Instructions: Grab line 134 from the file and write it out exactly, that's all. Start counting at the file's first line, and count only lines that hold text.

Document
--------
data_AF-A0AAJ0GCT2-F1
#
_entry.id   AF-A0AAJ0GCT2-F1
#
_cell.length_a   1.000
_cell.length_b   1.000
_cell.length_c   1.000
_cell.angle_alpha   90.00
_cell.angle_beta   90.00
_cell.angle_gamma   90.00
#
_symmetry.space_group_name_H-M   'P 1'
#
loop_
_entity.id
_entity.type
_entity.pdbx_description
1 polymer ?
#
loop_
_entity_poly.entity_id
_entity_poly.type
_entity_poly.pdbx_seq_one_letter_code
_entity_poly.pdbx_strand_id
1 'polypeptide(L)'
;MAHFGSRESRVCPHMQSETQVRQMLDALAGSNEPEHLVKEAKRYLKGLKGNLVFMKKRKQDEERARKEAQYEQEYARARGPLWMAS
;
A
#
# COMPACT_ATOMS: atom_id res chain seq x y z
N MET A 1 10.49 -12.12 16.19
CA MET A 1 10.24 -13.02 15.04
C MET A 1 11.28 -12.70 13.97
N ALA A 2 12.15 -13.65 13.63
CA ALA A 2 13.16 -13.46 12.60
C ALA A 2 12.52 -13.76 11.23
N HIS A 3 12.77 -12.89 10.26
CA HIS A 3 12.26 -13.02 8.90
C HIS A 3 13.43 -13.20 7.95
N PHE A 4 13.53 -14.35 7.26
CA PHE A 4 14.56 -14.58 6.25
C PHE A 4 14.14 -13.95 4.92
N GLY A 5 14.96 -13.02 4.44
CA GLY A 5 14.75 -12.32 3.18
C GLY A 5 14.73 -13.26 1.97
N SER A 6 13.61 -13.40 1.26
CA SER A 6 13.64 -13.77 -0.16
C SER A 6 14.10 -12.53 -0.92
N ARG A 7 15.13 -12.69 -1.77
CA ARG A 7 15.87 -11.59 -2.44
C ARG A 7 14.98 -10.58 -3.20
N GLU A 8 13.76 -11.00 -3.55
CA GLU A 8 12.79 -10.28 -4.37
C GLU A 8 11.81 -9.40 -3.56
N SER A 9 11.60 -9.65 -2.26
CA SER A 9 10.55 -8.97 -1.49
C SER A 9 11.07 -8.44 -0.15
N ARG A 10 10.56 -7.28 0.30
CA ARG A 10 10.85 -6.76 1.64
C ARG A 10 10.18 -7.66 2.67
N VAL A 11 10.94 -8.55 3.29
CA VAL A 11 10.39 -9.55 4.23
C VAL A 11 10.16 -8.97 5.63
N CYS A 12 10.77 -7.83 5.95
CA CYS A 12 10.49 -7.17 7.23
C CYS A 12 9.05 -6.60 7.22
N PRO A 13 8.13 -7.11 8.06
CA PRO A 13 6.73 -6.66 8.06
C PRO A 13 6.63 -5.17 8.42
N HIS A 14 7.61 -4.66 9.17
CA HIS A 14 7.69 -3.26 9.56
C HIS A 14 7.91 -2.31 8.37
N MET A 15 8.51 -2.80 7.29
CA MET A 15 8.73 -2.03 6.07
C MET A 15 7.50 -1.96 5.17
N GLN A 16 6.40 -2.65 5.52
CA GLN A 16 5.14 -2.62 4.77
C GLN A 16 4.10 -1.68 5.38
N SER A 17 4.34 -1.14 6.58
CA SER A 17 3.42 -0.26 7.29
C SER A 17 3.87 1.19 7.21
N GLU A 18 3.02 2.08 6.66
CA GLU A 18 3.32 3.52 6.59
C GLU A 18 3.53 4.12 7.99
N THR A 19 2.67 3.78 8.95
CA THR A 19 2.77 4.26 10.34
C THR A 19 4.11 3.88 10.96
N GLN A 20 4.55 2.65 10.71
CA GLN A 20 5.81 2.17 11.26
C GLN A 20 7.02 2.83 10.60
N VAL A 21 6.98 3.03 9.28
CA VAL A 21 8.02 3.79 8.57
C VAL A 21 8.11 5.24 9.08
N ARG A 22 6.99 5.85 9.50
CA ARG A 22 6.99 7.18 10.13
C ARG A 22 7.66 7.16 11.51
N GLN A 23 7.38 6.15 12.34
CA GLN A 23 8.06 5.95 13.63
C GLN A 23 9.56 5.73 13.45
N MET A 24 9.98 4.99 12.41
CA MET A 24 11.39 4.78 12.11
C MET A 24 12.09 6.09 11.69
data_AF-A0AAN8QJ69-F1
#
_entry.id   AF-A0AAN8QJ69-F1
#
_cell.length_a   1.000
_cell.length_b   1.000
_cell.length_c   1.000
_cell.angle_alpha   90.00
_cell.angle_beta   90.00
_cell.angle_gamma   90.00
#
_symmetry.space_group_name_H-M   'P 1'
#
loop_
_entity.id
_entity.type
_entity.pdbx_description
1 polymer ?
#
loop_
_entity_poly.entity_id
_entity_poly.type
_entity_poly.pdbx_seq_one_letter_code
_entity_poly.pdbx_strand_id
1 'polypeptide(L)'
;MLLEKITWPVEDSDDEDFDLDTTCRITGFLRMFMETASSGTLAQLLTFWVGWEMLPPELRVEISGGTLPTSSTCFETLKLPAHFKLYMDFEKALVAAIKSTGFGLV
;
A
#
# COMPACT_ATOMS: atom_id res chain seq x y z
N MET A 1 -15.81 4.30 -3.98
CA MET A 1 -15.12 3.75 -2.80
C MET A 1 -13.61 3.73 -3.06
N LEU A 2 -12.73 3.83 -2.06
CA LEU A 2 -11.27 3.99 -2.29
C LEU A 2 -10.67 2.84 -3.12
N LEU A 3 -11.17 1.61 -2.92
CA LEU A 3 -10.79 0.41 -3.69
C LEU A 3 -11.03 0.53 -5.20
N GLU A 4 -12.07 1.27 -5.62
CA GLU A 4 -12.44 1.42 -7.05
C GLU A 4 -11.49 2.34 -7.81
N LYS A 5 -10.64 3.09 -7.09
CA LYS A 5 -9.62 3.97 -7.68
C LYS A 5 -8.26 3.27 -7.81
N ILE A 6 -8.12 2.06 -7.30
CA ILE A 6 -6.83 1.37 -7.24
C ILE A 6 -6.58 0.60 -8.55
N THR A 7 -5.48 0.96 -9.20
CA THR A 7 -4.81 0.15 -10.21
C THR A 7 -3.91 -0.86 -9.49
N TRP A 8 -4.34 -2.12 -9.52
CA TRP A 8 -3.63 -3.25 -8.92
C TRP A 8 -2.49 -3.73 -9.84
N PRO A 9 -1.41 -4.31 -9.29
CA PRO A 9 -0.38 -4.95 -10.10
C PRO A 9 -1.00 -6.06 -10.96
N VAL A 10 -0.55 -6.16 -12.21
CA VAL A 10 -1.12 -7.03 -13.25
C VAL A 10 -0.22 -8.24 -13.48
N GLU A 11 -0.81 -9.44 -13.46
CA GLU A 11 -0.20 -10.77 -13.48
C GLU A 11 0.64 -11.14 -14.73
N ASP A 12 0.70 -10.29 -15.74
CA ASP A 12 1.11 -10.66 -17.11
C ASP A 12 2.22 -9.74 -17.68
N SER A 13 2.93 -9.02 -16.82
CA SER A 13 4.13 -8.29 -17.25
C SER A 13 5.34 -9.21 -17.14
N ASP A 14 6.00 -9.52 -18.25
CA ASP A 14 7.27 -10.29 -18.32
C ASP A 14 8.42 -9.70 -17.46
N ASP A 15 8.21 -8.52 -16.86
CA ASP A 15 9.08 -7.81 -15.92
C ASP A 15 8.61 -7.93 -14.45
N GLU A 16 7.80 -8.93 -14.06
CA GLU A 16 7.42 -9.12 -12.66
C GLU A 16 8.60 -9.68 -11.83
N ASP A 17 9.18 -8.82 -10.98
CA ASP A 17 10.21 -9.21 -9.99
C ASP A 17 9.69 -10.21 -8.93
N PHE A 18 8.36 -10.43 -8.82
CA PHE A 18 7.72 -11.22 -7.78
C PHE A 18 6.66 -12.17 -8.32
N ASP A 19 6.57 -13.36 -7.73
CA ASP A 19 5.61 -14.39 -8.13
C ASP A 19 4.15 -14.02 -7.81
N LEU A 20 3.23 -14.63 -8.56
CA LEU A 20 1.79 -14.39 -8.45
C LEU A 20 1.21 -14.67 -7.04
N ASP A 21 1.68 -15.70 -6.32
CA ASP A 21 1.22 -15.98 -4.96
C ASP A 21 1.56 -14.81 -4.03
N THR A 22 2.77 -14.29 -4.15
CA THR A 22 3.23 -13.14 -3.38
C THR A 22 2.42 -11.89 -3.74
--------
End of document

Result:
CA MET A 1 -15.12 3.75 -2.80